Often, we skim through the table of contents and index of a book to analyze it. When we are looking up for something, both of these tools save up our energy and time.
Not only do readers benefit from this, but even writers might also check if they missed something.
Many confuse table of contents and index with being the same thing. If you are one of them, check out our index vs. table of contents comparison piece!
Index vs. Table of Contents: An Overview
The way the index and table of contents vary is how their information presentation differs.
Helping the readers better understand the organization of a document, the table of contents is a summary record of the book’s parts or chapters. The index contains relevant information about each part or chapter that might interest the readers.
What Is Index?
An index is an alphabetical list of topics containing references to pages to comprehend the written document better. Thus, without much effort to read the whole material, you can instantly find a particular keyword you are looking for.
The index can be generated manually using computer systems.
The index is usually placed at the end of a document not to interrupt its flow. Associated pointers indicate the section number or page number of the index.
The author puts the names of concepts or ideas, places, or people that might stimulate readers’ interest. Index length varies as per the number of pages – the ideal length is 4-6% of the document length. The key points or words are alphabetically arranged.
Its primary purpose is to give readers a gist of the information or an objective picture of the book’s contents.
What Is the Table of Contents?
The Table of Contents represents a list of sections or chapters often added to the document at the beginning. Usually, they are linked to a page where the primary information or section starts.
Even more, sub-headings, in the form of bullet points, can be added.
The chronology is not dependent on any alphabetical order. It is just the segmentation of the whole book or document that enables readers to source their information quickly and easily.
Whenever one feels like it, one can click or flip through the pages to go to the desired chapter.
As the table must contain all the chapters, it must be written at the end. Besides the actual content, it should have the beginning and ending content. By ending and beginning material, we mean the book’s additional pages like the abstract, glossary, preface, etc.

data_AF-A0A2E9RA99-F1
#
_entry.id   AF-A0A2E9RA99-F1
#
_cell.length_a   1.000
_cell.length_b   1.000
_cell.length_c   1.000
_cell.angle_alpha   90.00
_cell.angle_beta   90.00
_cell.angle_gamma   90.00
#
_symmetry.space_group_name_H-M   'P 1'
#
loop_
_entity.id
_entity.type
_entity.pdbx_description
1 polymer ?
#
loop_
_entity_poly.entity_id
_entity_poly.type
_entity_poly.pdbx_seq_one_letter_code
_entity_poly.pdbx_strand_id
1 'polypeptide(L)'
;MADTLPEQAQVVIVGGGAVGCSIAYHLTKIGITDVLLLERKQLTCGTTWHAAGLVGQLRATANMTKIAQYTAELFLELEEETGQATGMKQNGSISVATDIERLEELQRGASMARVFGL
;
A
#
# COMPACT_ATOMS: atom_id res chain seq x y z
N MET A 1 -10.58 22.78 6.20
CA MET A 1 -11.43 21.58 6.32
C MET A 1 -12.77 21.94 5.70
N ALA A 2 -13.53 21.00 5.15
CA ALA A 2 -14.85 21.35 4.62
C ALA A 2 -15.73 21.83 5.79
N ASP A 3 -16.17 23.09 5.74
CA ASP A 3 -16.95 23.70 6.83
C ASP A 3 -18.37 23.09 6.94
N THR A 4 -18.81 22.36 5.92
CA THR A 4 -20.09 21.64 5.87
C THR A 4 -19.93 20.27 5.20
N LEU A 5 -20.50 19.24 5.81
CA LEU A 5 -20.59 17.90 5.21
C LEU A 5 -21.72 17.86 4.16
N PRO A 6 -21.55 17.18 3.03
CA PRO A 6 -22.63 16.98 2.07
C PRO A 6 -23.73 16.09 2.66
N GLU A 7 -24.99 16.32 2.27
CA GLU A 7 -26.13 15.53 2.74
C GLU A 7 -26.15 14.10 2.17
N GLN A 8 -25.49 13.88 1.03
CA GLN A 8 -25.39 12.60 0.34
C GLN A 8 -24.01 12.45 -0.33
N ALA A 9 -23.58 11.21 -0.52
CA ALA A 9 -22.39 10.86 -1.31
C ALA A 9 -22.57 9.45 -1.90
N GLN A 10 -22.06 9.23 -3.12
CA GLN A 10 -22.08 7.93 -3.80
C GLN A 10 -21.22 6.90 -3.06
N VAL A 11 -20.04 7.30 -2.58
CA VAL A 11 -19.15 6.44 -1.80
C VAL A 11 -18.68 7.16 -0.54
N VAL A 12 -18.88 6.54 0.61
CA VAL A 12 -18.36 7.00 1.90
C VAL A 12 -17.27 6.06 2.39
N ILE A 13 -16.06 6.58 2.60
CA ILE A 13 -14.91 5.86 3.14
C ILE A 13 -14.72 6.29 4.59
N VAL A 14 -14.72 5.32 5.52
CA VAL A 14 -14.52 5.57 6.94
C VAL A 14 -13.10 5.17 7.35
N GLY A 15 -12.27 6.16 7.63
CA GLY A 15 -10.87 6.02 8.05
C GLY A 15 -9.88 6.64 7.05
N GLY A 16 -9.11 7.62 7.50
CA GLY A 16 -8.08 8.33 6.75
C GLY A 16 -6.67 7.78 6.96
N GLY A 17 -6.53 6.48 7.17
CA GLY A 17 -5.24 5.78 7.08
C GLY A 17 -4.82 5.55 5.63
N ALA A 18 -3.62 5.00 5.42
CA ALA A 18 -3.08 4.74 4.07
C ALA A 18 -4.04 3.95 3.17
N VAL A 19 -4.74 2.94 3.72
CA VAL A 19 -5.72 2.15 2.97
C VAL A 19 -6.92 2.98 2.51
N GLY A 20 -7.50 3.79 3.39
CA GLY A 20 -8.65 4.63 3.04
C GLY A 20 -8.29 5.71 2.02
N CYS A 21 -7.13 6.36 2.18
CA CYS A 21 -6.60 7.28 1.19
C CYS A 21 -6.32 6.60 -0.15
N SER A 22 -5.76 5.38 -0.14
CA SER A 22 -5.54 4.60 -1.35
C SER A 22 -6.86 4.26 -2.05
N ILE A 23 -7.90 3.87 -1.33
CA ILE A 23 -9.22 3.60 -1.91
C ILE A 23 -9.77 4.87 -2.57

The table of contents is an important tool for readers to identify the book quality or for writers to know the uncovered or missing topics.
Main Differences between Index and Table of Contents
1. The index is found at the end of the document. On the other hand, the table of contents exists at the very beginning.
2. An index alphabetically arranges some keywords (places, topics, or names) from every chapter.
Conversely, a table of contents is a systemic categorization of the sections, including headings, sub-headings, and page numbers.
3. While the index follows an alphabetical sequence of words, the table of contents follows a chronological order.
4. An index can be formed without any page requirement. In contrast, a document must have a minimum of 10 pages to create a table of content.
5. An index can be longer than 2 pages, but a table of contents has a maximum of 2 pages, not more than that.
Recommended for You:
A Comparison Table of Index and Table of Contents
|Specifications for comparison
|Table of Contents
|An index is the carrier of helpful information that indicates key terms or keywords within every chapter, marked with a page number.
A table of content refers to an organized listing or division of chapters containing headings, sub-headings, and page numbers.
|End of your document
|In the beginning, after the title and cover page
|It has no specific requirement
|The written document has to be more than 10 pages
|Not added to the list
|Added to the list
That’s a wrap for the index vs. table of contents analysis! Now you know how resourceful they are. Without them, anyone would face difficulties skimming through the pages to look for a particular topic.